Yeah, until then, I guess baseball and football will have to just play their games in empty stadiums and ballparks, because the Amrican people have spoken, and they won’t put up with it.
See, whenever the guys who were voted in to make sure that the trains run on time, and the water comes out of the faucet, and the criminals aren’t running wild through the streets, when those guys start sticking their noses into places where they just aren’t needed or wanted; it’s time for your and I to start worrying. Because the things that need attention, you know, Enron-type corporate scandals, or environmental issues, or, I don’t know, government corruption worries; these things are being ignored, pushed aside, forgotten about; while these corporate whores are running around insisting that they know what you and I want; regardless of the evidence to the contrary.
And they’re gonna pass laws. Scary? You betcha.
Interestingly, the one constituent we have yet to hear from are the owners. The owners, see, are the ones who reap the biggest rewards from steroid use. The owners see the sold-out ballparks, the millions of dollars in concessions, merchandising, television and radio deals, luxury boxes, and all of the publicity a championship team garners; and they know that, contrary to what Congress would like you to believe, they will do anything to win a title. From there, from an ownership that tells it’s fans that they are committed to winning, at all costs, you have a management team that is committed to winning, at all costs. And coaches, committed to winning, at all costs. And finally, players, committed to winning, at all costs. Are the owners going to stand by and watch a superstar player whom they have invested millions and millions of dollars in get banned from his sport? Say, Derek Jeter fails a drug test, (whether it’s accidental or he’s really using, Waxman doesn’t care), and he’s forced to miss two years, what do you think Steinbrenner will have to say about that?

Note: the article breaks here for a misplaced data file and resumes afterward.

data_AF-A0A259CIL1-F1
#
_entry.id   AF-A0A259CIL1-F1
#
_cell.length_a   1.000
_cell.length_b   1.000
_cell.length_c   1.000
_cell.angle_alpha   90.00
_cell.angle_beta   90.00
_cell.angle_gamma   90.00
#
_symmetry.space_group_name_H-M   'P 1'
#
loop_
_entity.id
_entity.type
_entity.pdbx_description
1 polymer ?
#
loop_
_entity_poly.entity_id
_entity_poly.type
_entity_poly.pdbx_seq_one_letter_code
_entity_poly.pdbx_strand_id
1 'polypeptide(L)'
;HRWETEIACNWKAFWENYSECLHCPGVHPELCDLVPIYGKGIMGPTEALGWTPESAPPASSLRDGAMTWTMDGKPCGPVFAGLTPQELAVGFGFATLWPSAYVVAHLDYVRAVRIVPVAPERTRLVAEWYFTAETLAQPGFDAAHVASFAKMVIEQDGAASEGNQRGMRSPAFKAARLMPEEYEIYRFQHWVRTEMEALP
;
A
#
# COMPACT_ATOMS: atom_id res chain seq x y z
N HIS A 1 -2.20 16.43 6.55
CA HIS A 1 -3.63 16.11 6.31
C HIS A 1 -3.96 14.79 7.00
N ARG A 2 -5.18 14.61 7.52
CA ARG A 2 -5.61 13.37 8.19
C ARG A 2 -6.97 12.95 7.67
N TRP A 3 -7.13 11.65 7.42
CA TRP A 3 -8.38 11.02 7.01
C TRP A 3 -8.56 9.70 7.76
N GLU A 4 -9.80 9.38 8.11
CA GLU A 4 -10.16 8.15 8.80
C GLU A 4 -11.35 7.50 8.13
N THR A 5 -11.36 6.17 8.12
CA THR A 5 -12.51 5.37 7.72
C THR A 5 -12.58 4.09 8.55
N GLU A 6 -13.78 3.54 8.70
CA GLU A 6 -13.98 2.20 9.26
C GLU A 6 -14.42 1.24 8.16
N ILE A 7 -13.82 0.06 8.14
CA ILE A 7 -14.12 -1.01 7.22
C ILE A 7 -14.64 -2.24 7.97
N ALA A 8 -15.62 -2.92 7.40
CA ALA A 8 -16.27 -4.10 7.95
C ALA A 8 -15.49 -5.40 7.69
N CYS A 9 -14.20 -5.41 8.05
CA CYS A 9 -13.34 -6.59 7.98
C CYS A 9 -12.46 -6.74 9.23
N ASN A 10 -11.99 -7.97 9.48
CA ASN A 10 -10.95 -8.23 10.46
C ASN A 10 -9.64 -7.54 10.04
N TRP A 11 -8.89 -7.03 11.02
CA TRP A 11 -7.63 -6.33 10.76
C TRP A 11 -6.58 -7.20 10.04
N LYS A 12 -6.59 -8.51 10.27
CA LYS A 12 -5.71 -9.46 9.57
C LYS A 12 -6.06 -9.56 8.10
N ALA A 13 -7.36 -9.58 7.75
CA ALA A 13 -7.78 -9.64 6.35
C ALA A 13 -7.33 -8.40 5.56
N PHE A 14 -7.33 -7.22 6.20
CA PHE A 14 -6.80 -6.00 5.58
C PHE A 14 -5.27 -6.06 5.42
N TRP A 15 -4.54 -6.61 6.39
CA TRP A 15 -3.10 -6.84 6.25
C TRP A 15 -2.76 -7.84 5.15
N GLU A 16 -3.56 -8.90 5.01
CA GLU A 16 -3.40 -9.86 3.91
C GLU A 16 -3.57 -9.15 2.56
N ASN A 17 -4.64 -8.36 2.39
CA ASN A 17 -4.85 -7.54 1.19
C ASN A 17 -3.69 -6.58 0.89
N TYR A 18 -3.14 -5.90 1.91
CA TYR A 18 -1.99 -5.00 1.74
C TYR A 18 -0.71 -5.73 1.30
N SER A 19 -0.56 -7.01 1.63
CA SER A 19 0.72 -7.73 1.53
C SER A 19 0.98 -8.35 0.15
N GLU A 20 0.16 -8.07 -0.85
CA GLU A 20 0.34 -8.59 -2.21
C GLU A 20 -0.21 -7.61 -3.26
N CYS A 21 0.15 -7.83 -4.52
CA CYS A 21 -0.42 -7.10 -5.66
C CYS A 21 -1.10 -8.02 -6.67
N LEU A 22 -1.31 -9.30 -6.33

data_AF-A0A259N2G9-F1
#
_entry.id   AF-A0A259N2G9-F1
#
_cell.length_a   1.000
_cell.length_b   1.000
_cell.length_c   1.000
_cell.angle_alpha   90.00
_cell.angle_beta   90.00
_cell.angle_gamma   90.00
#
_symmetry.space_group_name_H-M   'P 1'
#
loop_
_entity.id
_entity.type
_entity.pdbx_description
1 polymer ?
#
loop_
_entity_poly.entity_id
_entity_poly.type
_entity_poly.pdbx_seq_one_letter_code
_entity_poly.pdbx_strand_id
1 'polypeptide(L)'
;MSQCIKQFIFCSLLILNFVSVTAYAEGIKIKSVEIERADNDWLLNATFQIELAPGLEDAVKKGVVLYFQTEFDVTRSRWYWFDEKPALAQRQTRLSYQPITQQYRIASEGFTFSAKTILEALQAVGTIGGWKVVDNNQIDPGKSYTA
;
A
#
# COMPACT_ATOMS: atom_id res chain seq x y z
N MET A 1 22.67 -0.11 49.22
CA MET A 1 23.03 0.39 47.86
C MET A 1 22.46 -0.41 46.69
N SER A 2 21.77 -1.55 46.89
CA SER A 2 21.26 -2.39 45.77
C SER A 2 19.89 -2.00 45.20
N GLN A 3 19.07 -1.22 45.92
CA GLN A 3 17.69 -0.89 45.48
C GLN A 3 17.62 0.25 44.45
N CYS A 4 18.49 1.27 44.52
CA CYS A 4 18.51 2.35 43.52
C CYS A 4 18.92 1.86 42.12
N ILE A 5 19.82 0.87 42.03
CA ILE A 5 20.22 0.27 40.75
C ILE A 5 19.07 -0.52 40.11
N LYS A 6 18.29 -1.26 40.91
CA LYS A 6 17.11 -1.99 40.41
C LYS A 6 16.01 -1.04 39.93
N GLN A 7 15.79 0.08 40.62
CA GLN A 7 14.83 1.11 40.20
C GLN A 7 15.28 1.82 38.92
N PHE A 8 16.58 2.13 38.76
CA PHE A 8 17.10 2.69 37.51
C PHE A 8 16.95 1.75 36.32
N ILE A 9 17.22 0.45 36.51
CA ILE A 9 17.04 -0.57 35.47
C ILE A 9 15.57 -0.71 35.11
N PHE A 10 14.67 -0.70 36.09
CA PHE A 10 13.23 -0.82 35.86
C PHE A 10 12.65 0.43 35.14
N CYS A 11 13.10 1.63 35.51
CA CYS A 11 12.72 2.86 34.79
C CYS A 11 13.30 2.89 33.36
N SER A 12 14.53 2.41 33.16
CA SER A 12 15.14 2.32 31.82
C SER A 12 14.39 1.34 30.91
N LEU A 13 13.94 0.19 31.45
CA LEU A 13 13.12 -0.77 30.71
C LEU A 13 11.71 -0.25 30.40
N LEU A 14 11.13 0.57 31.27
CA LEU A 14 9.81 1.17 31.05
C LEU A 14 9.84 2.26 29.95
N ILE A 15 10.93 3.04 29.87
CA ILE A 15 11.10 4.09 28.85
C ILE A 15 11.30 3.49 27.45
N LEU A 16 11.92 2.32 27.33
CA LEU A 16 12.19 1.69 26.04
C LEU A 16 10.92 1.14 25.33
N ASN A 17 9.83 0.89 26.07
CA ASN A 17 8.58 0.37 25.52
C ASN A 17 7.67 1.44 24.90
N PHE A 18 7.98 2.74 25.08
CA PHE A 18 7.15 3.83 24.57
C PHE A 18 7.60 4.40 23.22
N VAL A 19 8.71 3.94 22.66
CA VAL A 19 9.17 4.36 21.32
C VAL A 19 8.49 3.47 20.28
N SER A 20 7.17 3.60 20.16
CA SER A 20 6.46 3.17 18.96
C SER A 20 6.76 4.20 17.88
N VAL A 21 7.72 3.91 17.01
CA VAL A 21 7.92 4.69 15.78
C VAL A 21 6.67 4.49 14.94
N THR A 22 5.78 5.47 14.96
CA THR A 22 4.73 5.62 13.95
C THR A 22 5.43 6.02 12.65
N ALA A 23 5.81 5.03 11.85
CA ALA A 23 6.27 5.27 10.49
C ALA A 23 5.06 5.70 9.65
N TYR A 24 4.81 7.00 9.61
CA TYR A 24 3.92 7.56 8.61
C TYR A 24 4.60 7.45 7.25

Do you see where we’re headed? If a star like Jeter, that everyone loves and admires, fails his test, and has to miss two years, what’s gonna happen then? A team leader, a superstar, one who makes millions of dollars a year, banned for two seasons? How do the owners allow something like that to happen? How can baseball, or any sport, demand unflinching committment to winning it all, and then throw the players out who actually will do anything to win?
How can Congress think it has the pulse of the people, the will of the people, behind it when it moves in this direction? How can the men who run these sports not be able to manage this situation as well as the men who run corporate America? In many cases, they’re the same guys. What are they doing about this? I’d say it’s a farce, except that Big Brother just might get his way, even though this is all unneccessary.